FCC just made it harder to share your Web data

New privacy rules passed by the Federal Communication Commission Thursday require Internet service providers to ask permission of their customers to collect and use personal information.

Providers of fixed and mobile broadband will need to get opt-in consent for data such as their consumers' Web browsing history, app usage, health and financial information, children's information, precise geolocation information, and the content of online communications. Customers must also be notified how their information is used and what other parties the Internet service provider shares it with. Other non-sensitive consumer data could be used on an opt-out basis.

"Consumers care deeply about their privacy and so should we," said Commissioner Mignon Clyburn Clyburn, who joined fellow Democrats Commissioner Jessica Rosenworcel and FCC Chairman Tom Wheeler in approving the measure with a 3-2 vote at the agency's monthly meeting.

Wheeler described the adoption of new consumer privacy rules as a "common sense step ... because before today there were no protections."

Consumer privacy over Internet service providers' (ISPs) broadband networks came under jurisdiction of the FCC after last year's net neutrality or Open Internet rules were adopted. That gave the agency the authority to regulate ISPs as "common carriers," akin to how telephone companies have provided landline phone service.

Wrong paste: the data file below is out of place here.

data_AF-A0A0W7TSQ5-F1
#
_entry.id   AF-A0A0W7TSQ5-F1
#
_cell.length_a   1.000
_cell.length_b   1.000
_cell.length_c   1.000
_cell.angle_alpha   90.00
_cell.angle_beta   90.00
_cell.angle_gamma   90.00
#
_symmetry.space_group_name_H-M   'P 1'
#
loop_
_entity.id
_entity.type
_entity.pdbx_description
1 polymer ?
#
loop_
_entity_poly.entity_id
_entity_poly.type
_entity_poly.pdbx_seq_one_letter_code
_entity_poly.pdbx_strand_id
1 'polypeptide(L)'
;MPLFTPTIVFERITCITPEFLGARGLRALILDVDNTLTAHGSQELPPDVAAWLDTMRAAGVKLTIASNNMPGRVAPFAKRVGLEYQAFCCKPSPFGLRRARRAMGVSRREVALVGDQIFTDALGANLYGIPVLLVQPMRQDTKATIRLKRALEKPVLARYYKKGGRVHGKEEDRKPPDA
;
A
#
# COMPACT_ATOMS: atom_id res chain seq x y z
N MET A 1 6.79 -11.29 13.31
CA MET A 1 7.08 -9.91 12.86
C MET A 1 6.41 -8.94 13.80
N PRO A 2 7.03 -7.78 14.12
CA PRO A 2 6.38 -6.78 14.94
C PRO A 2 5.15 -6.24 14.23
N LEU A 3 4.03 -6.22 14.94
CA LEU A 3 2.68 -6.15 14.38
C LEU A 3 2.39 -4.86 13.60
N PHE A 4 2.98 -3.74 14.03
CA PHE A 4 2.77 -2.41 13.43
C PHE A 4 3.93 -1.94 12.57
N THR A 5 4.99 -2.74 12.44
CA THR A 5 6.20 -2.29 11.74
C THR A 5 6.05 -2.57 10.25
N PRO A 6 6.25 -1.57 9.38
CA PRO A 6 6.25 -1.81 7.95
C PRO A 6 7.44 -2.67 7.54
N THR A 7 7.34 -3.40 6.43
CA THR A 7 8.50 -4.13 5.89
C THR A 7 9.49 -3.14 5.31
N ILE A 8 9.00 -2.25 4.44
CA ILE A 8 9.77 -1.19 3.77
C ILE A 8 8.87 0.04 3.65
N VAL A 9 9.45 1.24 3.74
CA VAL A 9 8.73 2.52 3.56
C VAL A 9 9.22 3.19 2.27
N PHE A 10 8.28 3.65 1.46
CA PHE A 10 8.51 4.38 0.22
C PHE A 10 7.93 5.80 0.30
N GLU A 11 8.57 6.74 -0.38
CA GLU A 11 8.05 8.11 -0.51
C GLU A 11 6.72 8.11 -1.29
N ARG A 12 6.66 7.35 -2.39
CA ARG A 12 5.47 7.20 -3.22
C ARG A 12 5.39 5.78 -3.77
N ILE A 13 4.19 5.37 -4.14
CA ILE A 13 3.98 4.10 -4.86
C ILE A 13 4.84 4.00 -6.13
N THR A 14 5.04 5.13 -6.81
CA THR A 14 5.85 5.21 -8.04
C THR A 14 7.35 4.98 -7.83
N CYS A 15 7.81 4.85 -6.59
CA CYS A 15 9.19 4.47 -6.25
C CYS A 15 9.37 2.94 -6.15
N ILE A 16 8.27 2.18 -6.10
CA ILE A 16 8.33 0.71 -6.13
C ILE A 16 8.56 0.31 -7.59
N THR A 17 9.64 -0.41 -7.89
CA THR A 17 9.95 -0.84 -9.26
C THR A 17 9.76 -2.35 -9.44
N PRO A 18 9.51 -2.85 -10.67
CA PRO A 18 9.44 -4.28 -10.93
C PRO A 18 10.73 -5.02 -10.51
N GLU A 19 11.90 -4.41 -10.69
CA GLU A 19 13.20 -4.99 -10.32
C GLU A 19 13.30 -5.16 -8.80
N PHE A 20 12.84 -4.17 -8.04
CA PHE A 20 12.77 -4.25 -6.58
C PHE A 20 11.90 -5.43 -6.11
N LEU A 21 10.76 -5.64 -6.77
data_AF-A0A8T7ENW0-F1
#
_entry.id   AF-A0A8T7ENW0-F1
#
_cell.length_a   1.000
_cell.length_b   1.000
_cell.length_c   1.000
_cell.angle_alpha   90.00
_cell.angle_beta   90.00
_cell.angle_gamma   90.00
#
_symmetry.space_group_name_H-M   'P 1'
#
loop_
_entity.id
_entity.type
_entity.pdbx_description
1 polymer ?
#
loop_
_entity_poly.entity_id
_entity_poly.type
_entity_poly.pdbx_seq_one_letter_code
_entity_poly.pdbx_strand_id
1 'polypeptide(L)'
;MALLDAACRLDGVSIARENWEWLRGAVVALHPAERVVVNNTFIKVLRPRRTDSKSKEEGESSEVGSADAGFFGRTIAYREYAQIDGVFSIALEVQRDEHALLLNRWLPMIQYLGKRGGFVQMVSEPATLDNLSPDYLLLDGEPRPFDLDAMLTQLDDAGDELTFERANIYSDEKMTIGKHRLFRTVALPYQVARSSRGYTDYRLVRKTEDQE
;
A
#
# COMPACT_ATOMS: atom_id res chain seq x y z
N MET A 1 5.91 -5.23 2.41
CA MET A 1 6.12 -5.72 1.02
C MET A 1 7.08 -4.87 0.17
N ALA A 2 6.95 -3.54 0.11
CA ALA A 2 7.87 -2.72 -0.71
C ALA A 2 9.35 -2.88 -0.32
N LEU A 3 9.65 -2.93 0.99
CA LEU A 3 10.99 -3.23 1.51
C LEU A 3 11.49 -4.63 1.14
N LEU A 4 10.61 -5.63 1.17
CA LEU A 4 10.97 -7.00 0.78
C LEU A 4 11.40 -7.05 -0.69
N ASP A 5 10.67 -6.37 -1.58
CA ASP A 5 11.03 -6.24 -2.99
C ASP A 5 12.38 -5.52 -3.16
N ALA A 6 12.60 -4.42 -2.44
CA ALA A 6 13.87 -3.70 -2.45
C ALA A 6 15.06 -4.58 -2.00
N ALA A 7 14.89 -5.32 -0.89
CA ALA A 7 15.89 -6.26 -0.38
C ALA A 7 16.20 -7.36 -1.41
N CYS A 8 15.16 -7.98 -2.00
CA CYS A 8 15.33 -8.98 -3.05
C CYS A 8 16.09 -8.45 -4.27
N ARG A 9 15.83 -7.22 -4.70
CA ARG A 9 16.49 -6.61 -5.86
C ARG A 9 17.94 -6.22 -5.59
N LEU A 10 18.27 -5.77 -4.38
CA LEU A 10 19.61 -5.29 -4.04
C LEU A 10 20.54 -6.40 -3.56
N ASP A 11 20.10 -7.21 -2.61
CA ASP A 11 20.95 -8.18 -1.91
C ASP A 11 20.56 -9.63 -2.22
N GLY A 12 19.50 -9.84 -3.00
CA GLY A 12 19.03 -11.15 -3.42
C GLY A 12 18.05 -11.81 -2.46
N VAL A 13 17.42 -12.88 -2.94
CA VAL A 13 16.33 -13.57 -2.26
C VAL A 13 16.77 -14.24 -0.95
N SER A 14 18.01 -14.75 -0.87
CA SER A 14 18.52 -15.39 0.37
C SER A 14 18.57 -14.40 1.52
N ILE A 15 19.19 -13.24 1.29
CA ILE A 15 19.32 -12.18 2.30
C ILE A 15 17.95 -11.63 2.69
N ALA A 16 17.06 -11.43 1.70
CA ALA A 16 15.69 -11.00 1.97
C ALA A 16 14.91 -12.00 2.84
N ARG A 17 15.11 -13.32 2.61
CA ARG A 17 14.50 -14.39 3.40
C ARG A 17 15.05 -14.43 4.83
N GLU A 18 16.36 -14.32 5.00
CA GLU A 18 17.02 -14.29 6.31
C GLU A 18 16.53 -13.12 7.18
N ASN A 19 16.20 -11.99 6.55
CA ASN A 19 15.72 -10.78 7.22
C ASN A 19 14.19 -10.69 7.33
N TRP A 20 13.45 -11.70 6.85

Once broadband providers were classified as common carriers, they were no longer under the Federal Trade Commission's authority. Over the seven-month rule-making process, the FCC attempted to mirror the FTC's privacy framework with a few differences, including what amounts to "sensitive" information, Clyburn says.

The two Republican Commissioners, Ajit Pai and Michael O'Rielly, expressed concerns that the FCC had overreached its authority and confused the issue. For instance, the FCC's privacy rules differ from how the FTC handles the privacy of information collected by Web sites, apps and other Internet destinations. "In creating this disparate system of regulation, (the FCC) is both confusing consumers and likely to create an unlevel playing field," Pai said.

Opt-in requirements could cause consumers to miss out on potential features and developments under the new opt-in requirements, O'Rielly said. "Broadband providers will be reluctant to extend, and may even forgo, valuable offers and discounts that consumers would want for fear," he said.

Consumer advocates hailed the agency's action. Various industry groups assailed it. "Consumers will be bombarded with opt-in notice requirements every time they search online, however innocuous the data they seek might be," said the Association of National Advertisers in a statement. The group said it planned either a court challenge or congressional action to reverse the FCC's rulemaking.

An interagency council including the FTC and FCC should attempt to make privacy rules uniform and consistent,  Rosenworcel said. "The forces at work in the digital world today are only going to make privacy more complex for all of us to control," she said.

While the new rules help in the "here and now," Rosenworcel said, "we still have work to do."

The opt-in rules go into effect one year after they are published in the Federal Register, which is likely to occur before the end of the year. Requirements that companies notify users about a data breach go into effect six months earlier.

Follow Mike Snider on Twitter: @MikeSnider

USA TODAY


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